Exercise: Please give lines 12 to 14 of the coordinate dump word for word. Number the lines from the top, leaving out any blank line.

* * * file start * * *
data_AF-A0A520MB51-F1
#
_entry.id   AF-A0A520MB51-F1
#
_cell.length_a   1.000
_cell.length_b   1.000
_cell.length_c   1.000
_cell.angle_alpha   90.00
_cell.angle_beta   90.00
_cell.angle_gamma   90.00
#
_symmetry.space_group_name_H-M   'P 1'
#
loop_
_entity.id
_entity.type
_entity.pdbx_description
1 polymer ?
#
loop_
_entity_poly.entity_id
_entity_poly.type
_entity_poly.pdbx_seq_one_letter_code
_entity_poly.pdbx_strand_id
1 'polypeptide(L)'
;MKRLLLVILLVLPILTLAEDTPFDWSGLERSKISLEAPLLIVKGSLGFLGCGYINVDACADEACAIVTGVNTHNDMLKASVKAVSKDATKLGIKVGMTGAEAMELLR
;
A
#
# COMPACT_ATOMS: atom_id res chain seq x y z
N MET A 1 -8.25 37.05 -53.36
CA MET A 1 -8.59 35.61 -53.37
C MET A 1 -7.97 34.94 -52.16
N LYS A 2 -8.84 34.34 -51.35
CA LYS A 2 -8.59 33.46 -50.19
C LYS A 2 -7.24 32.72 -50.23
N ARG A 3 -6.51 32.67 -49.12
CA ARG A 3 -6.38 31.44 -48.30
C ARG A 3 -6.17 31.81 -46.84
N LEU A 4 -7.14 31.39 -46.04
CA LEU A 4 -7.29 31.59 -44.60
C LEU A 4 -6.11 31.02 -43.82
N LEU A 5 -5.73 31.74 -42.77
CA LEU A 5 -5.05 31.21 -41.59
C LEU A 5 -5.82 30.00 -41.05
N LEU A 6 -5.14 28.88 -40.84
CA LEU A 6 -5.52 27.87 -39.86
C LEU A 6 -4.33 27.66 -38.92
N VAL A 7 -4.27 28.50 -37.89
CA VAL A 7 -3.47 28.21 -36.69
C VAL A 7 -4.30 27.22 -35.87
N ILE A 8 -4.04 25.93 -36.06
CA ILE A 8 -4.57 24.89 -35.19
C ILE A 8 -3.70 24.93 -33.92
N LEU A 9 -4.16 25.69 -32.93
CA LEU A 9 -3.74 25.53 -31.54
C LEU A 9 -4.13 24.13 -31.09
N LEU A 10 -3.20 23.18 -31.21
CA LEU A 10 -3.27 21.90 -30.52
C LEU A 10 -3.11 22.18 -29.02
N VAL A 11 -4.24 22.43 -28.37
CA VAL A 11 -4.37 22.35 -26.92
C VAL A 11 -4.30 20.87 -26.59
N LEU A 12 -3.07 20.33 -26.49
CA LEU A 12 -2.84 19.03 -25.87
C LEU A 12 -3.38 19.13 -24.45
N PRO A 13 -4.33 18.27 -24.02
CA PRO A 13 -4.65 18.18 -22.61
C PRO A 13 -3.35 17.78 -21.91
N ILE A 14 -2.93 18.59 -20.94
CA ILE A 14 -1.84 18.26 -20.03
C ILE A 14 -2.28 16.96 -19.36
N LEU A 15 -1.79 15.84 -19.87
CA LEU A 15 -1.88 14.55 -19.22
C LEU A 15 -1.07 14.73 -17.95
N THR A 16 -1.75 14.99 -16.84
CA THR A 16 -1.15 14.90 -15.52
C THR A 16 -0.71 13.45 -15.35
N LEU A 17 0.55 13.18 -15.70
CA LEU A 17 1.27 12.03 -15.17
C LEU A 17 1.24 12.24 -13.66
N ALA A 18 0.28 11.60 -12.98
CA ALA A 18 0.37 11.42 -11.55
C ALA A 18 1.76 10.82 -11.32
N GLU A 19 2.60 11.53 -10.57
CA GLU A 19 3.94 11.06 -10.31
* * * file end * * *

_symmetry.space_group_name_H-M   'P 1'
#
loop_